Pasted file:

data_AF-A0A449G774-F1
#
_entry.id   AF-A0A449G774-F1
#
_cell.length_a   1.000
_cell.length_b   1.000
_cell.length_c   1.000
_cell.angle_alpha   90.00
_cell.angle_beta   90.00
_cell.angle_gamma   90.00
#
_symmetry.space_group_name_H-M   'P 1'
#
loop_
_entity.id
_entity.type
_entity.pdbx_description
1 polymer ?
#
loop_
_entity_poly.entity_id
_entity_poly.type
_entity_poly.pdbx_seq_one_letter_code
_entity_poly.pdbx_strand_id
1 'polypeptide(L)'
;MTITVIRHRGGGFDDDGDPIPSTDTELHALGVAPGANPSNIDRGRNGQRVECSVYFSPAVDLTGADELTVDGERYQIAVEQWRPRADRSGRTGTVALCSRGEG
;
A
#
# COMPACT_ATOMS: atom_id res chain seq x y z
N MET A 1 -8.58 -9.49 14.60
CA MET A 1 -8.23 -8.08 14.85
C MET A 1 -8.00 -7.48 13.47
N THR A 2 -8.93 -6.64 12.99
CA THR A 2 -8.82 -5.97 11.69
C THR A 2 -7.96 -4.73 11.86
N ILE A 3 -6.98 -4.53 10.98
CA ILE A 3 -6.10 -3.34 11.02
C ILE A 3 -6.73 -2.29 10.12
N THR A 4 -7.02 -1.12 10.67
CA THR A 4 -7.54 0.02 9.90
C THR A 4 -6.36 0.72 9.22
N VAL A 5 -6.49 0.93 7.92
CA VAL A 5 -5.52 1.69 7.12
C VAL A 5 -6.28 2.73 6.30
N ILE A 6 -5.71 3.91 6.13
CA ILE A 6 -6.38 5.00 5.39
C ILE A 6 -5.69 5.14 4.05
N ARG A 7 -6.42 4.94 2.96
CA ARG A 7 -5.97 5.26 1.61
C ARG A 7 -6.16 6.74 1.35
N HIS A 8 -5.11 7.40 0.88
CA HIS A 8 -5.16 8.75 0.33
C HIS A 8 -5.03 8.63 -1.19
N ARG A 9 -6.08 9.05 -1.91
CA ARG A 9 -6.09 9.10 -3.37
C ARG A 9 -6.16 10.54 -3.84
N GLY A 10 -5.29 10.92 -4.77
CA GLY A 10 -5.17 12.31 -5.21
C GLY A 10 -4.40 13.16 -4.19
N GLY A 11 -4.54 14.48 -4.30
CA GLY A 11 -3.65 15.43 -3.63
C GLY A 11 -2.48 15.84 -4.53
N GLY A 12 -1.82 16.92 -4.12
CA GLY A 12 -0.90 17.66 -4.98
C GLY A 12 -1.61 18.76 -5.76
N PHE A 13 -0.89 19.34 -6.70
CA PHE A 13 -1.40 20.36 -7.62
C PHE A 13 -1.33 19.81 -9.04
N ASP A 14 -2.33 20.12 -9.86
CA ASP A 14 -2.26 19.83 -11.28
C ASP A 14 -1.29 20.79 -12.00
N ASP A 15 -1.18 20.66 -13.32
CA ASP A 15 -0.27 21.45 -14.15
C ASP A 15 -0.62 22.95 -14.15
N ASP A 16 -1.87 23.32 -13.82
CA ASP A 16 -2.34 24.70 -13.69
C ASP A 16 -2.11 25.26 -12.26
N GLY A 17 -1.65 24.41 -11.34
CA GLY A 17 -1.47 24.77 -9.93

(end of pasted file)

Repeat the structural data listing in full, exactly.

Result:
data_AF-A0A449G774-F1
#
_entry.id   AF-A0A449G774-F1
#
_cell.length_a   1.000
_cell.length_b   1.000
_cell.length_c   1.000
_cell.angle_alpha   90.00
_cell.angle_beta   90.00
_cell.angle_gamma   90.00
#
_symmetry.space_group_name_H-M   'P 1'
#
loop_
_entity.id
_entity.type
_entity.pdbx_description
1 polymer ?
#
loop_
_entity_poly.entity_id
_entity_poly.type
_entity_poly.pdbx_seq_one_letter_code
_entity_poly.pdbx_strand_id
1 'polypeptide(L)'
;MTITVIRHRGGGFDDDGDPIPSTDTELHALGVAPGANPSNIDRGRNGQRVECSVYFSPAVDLTGADELTVDGERYQIAVEQWRPRADRSGRTGTVALCSRGEG
;
A
#
# COMPACT_ATOMS: atom_id res chain seq x y z
N MET A 1 -8.58 -9.49 14.60
CA MET A 1 -8.23 -8.08 14.85
C MET A 1 -8.00 -7.48 13.47
N THR A 2 -8.93 -6.64 12.99
CA THR A 2 -8.82 -5.97 11.69
C THR A 2 -7.96 -4.73 11.86
N ILE A 3 -6.98 -4.53 10.98
CA ILE A 3 -6.10 -3.34 11.02
C ILE A 3 -6.73 -2.29 10.12
N THR A 4 -7.02 -1.12 10.67
CA THR A 4 -7.54 0.02 9.90
C THR A 4 -6.36 0.72 9.22
N VAL A 5 -6.49 0.93 7.92
CA VAL A 5 -5.52 1.69 7.12
C VAL A 5 -6.28 2.73 6.30
N ILE A 6 -5.71 3.91 6.13
CA ILE A 6 -6.38 5.00 5.39
C ILE A 6 -5.69 5.14 4.05
N ARG A 7 -6.42 4.94 2.96
CA ARG A 7 -5.97 5.26 1.61
C ARG A 7 -6.16 6.74 1.35
N HIS A 8 -5.11 7.40 0.88
CA HIS A 8 -5.16 8.75 0.33
C HIS A 8 -5.03 8.63 -1.19
N ARG A 9 -6.08 9.05 -1.91
CA ARG A 9 -6.09 9.10 -3.37
C ARG A 9 -6.16 10.54 -3.84
N GLY A 10 -5.29 10.92 -4.77
CA GLY A 10 -5.17 12.31 -5.21
C GLY A 10 -4.40 13.16 -4.19
N GLY A 11 -4.54 14.48 -4.30
CA GLY A 11 -3.65 15.43 -3.63
C GLY A 11 -2.48 15.84 -4.53
N GLY A 12 -1.82 16.92 -4.12
CA GLY A 12 -0.90 17.66 -4.98
C GLY A 12 -1.61 18.76 -5.76
N PHE A 13 -0.89 19.34 -6.70
CA PHE A 13 -1.40 20.36 -7.62
C PHE A 13 -1.33 19.81 -9.04
N ASP A 14 -2.33 20.12 -9.86
CA ASP A 14 -2.26 19.83 -11.28
C ASP A 14 -1.29 20.79 -12.00
N ASP A 15 -1.18 20.66 -13.32
CA ASP A 15 -0.27 21.45 -14.15
C ASP A 15 -0.62 22.95 -14.15
N ASP A 16 -1.87 23.32 -13.82
CA ASP A 16 -2.34 24.70 -13.69
C ASP A 16 -2.11 25.26 -12.26
N GLY A 17 -1.65 24.41 -11.34
CA GLY A 17 -1.47 24.77 -9.93